Tuesday, February 20, 2007

Tuesday Training

After reading one of Rif's posts on the dragon door forum about being consistent, it really got me thinking about how important simplicity is in training. So often people(including myself) are so bamboozled by fancy complicated programs that we forget that at the end of the day the only thing that matters is doing something, and doing it well. A simple and effective program design that is actually applied will always beat out the fancy schmancy program that is too complicated and technical where one ends up burning themselves out or just getting too overwhelmed. Slow and steady is the name of the game. It reminds me of what told myself aftet I blew my lumbar disc out for the second time; THINK LONG TERM! If I cannot tolerate the training load, intensity and frequency, than how I am going to tolerate it over the long run? This is something I constantly battle with. My stupid ego gets in the way and I think am better than I am, big mistake.

I have the tendency to go too hard, too quickly which always leads to overtraining and in my case an orthopedically screwed up body. Slow progressive increases in training load and volume are essential if one wants to stick in this training game for the long run. God, please help me remember this post down the road. Don't overdo it Franz, you knucklehead!

Tuesday Training

A-1 Double Clean and Press
2 x 20kg 1 x 5
2 x 24kg 5 x 5

B-1 Single Arm Bench Row
24kg 5 x 5/5

C-1 Snatches
24kg 5 x 5/5

Felt good today, even though my legs are TOAST from my Sunday workout.


Bikram's Yoga (this helped my recovery and instantly made my sore legs feel better)


Mark Reifkind said...

exactly.it's way more important to do program minimum and not miss any sessions, increase loads when youcan, back off when you have to then have the super duper perfect periodized plan that noone sticks to.

Royce said...

Man can I relate to this post, slow and steady, your body will tell you when it's time to move up.
That ego thing sucks, kill it!!!!

Franz Snideman said...

Yes Rif, so true. My body is paying for it right now. Too much, too soon, my typical training mistake. I was the kid who when went to the food buffet always bit off more than he could chew, taking every plate that looked good. Of course I never finished my food and my parents would always scold me. Bottom line, less is more. Consistency is the key.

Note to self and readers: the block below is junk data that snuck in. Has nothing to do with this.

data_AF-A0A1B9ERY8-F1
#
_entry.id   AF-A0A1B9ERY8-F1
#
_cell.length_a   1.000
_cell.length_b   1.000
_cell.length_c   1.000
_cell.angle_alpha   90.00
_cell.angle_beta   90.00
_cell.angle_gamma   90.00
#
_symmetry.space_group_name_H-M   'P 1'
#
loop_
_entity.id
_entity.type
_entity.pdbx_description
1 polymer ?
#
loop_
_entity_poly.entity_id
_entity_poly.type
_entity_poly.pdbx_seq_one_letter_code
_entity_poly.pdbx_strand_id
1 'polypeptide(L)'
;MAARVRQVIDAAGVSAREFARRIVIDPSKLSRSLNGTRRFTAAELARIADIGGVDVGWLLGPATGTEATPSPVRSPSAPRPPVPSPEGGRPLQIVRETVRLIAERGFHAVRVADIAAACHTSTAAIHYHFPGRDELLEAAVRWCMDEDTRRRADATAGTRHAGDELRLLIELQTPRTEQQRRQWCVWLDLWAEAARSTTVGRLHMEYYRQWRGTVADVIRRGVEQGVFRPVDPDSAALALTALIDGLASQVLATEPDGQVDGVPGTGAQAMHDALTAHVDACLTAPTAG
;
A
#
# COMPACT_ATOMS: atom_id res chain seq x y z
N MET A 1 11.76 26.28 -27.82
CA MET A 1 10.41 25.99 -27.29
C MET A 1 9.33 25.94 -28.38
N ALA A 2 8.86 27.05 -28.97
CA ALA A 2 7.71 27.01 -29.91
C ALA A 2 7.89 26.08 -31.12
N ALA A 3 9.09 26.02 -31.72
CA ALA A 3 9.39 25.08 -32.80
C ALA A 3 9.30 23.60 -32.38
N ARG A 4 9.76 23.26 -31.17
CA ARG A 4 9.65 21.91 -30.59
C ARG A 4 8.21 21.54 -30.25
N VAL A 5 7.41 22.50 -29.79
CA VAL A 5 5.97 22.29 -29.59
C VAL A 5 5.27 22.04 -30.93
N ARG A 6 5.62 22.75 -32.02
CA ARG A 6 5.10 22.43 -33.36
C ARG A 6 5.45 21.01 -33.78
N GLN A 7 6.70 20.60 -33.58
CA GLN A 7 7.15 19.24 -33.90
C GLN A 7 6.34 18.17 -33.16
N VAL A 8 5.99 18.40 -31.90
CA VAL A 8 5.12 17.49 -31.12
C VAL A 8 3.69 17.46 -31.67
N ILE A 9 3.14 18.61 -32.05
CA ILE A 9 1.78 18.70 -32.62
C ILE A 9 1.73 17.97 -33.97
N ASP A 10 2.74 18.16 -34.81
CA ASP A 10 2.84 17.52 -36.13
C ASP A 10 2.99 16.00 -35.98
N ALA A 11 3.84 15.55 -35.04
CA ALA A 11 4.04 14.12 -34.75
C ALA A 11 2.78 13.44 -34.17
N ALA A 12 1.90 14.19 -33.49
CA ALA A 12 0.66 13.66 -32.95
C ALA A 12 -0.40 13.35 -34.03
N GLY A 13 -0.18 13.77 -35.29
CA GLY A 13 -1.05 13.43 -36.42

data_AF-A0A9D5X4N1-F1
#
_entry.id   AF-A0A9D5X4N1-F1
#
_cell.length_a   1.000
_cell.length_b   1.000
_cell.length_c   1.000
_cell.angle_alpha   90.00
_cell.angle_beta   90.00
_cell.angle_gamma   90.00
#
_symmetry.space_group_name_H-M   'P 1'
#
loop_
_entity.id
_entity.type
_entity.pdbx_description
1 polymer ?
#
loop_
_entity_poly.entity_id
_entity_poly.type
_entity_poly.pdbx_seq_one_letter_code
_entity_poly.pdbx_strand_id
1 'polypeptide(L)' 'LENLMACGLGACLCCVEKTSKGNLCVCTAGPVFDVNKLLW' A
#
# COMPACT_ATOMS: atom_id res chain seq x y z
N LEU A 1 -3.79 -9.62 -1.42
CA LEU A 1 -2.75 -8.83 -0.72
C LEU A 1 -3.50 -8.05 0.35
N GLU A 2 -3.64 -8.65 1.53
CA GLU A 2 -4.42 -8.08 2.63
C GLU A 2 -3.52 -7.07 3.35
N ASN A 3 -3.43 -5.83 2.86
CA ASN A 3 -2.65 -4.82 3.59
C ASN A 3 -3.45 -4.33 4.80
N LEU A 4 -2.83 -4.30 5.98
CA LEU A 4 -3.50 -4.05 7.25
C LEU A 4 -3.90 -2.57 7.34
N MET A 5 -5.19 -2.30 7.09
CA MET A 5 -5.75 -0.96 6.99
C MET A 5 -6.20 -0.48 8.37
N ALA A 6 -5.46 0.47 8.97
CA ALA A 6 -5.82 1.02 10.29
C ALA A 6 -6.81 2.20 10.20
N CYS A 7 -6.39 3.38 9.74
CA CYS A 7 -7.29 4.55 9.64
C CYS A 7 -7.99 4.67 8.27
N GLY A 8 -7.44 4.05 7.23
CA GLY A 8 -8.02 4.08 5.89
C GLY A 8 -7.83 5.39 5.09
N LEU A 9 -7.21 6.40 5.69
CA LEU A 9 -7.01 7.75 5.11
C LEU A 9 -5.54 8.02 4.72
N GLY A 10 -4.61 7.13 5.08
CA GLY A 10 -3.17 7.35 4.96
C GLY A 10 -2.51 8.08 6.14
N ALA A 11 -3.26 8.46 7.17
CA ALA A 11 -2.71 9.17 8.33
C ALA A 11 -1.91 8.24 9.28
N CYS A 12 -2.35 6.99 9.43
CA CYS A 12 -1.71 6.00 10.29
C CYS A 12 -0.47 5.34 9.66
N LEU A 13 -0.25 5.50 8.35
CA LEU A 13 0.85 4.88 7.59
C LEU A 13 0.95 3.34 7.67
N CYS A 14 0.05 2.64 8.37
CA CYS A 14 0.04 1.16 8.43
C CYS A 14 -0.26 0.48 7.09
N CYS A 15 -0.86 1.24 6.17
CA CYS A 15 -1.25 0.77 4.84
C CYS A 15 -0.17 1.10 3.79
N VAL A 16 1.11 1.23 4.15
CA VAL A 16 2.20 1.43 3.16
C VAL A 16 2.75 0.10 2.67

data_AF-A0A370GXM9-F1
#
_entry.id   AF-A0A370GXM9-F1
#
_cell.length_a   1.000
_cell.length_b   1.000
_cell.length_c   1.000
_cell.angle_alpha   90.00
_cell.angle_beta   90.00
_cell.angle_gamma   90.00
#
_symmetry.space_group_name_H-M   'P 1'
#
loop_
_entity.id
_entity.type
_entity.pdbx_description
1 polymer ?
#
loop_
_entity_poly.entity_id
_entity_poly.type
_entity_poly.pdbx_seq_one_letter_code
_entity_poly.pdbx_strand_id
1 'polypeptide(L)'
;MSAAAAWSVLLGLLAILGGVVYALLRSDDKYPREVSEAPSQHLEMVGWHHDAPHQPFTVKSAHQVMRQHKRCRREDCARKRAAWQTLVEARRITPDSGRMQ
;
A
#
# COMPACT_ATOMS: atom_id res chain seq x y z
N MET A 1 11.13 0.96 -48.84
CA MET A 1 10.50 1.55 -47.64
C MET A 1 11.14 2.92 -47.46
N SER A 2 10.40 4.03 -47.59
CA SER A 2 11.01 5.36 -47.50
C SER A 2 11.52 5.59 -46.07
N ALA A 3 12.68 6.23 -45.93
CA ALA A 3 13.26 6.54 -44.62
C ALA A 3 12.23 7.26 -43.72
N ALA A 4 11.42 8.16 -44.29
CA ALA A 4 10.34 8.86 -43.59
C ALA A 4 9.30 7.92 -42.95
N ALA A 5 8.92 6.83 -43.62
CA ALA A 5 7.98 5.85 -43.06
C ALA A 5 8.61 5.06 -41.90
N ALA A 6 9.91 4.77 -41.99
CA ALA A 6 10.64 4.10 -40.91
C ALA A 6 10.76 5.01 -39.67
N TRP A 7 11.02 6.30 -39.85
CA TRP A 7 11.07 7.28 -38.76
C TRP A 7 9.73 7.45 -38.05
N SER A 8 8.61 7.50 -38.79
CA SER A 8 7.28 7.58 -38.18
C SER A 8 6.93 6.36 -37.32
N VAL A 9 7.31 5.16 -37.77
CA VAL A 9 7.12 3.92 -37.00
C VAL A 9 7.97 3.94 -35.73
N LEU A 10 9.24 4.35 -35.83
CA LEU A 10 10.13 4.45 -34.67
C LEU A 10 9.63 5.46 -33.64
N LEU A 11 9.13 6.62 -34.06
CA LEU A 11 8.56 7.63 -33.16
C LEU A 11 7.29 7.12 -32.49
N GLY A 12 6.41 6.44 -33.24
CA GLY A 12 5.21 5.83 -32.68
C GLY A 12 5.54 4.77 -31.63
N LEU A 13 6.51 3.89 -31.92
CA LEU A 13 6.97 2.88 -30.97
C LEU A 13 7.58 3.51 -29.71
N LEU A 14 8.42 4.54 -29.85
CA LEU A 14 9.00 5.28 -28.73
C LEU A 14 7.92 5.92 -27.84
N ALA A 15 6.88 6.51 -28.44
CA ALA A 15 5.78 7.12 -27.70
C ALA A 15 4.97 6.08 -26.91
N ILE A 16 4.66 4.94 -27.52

Royce, you and me both bro. The ego in me is the enemy. Too big and often way to STUPID!

Tracy said...

As much as I hate to admit it, Bikram yoga plays a big part in keeping my shoulder healthy.

I haven't been going as much, because I was trying Vinyasa. That (Vinyasa) messed up my shoulder! So back to Bikram!

I've got to keep opening it up and stretching it out. Tracy

Franz Snideman said...


I have had limited success with other types of Yoga. Bikram's has been the only one that has consistently helped me. Ashtange was too agressive and I always injured myself just trying to keep up. If Bikram helps you, you should for sure get back to it :)

Pete Diaz, RKC said...


Your self awareness is what will prevent you from re-injuring yourself. We all need to think of the long haul. Rif said it best when he addressed the effects on the body of competitive athletes versus those who train for the longetvity and health. One is meant for the pursuit of the gold (and damn the consequences) and the other is for mental and physical betterment. Somehow, I think that RKCs are somewhere in between. Never satisfied with the satus quo and pushing the envelope in ways that hopefully don't cause any injury.

Franz Snideman said...

Amen to that Pete. I couldn't agree with you more. Life is not fun when you are stuck, not making progress and not challenging yourself, but then again overdoing it and injuring yourself no picnic either. The idea of "balance" like you talked about is key.